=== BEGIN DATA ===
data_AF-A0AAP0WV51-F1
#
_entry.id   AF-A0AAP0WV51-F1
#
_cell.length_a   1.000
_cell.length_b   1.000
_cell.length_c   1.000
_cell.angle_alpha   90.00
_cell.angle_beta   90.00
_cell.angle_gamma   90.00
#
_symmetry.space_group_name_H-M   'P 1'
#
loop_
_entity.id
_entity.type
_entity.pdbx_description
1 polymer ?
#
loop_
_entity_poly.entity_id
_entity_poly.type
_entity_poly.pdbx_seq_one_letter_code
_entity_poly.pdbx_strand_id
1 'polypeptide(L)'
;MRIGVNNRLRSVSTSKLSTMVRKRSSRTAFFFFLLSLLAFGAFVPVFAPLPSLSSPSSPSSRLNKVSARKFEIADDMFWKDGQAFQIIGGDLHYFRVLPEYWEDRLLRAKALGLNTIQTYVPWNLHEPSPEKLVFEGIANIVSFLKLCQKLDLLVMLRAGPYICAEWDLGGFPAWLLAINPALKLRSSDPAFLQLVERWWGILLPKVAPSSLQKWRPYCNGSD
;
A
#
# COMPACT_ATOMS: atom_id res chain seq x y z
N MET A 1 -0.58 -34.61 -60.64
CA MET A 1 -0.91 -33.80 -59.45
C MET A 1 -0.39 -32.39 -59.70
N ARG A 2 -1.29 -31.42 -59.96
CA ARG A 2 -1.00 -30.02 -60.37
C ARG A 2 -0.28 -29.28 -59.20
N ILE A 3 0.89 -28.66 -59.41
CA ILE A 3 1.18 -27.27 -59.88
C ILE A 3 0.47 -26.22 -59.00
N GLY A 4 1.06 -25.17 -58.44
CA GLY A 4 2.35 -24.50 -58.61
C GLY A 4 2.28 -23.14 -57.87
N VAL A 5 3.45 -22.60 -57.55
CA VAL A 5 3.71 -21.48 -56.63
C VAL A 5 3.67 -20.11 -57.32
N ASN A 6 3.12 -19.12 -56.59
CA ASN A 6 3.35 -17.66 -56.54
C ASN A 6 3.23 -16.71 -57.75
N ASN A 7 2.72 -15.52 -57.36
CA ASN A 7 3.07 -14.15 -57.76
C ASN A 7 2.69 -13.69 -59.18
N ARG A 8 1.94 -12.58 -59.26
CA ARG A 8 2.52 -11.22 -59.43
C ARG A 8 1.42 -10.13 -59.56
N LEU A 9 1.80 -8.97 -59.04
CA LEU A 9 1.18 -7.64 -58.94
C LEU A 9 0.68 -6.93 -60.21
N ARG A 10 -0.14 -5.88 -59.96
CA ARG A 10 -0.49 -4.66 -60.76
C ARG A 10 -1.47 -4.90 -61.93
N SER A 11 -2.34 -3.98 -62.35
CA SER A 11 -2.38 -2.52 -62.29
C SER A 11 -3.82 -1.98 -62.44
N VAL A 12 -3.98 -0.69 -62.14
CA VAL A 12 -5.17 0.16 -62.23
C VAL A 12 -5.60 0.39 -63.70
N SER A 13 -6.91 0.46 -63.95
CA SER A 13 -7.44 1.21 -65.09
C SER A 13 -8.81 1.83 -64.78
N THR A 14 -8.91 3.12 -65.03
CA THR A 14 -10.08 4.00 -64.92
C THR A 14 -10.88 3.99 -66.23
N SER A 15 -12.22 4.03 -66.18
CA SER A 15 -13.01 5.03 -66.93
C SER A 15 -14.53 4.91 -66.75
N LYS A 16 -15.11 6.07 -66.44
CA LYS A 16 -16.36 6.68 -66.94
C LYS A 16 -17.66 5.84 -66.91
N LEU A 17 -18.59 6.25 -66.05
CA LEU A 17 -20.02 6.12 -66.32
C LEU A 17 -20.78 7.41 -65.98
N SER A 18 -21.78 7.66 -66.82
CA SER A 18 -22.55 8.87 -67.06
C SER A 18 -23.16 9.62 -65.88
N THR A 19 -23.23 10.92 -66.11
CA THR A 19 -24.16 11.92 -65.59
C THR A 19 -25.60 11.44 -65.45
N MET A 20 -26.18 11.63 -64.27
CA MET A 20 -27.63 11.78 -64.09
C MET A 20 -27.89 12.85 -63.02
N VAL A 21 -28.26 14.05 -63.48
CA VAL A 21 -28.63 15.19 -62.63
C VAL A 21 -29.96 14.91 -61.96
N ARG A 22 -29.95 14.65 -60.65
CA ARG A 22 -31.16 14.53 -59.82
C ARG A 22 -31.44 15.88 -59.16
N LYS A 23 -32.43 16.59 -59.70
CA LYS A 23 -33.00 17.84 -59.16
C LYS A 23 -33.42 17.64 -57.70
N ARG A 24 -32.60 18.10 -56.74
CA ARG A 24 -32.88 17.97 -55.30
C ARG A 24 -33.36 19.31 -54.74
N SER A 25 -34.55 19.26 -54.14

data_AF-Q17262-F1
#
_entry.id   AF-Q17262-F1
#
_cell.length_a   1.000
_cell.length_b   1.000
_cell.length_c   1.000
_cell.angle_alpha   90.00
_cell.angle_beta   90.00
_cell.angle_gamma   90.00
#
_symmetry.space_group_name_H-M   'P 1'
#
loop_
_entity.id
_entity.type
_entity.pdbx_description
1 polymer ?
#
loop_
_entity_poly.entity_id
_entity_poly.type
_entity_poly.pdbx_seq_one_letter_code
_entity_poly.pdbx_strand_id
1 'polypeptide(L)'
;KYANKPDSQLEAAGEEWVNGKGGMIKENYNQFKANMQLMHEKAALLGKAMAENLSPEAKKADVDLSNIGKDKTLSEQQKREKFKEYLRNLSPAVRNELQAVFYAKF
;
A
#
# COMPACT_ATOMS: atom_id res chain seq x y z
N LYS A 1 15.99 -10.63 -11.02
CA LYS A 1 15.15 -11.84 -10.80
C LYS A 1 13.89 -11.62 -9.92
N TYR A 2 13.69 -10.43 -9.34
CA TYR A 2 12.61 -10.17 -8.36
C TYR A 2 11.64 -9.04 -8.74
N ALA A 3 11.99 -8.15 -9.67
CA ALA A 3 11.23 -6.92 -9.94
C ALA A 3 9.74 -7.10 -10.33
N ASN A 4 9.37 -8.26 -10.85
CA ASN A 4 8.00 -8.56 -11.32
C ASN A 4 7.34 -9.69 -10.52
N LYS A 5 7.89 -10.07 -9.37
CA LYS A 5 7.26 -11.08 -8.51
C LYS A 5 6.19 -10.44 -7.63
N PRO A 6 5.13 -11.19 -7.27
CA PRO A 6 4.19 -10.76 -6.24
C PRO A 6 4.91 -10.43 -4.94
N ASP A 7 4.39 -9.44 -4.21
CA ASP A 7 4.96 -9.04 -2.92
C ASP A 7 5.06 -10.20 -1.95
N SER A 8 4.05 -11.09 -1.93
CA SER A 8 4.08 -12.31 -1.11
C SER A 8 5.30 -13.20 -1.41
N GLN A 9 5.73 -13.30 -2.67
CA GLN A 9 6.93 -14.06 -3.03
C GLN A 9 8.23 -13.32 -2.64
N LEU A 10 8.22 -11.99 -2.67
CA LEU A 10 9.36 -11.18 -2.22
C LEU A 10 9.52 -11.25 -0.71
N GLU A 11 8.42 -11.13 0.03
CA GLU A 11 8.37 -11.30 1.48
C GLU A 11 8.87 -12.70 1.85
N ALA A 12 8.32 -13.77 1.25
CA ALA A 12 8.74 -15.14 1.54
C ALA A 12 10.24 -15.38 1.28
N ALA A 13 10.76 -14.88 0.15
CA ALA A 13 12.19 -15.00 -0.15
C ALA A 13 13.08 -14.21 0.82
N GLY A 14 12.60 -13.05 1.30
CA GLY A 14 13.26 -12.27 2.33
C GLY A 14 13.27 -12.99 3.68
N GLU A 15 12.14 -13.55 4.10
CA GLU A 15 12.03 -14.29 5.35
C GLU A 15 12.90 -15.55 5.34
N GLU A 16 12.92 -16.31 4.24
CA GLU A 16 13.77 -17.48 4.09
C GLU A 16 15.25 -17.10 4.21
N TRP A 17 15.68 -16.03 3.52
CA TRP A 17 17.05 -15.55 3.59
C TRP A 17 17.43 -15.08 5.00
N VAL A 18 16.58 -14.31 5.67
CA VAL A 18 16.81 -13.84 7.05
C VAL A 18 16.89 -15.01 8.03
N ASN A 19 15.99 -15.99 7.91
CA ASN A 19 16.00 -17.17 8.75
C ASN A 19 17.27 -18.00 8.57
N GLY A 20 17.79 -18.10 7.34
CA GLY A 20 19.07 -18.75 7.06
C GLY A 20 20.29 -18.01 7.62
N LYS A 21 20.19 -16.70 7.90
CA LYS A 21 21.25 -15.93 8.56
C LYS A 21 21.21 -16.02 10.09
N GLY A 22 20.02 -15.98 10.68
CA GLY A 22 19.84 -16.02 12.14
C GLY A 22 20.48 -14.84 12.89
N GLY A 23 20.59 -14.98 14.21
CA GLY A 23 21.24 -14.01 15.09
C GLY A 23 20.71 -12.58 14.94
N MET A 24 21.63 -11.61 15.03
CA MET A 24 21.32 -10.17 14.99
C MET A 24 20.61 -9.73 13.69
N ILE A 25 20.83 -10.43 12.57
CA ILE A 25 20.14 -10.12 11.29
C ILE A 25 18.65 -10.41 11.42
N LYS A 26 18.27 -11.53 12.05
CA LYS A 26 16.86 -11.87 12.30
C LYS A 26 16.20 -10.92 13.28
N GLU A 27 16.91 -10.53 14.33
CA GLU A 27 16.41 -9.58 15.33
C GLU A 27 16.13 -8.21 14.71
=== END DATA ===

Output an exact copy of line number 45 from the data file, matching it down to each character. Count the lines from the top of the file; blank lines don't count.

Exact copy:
C VAL A 5 3.67 -20.11 -57.32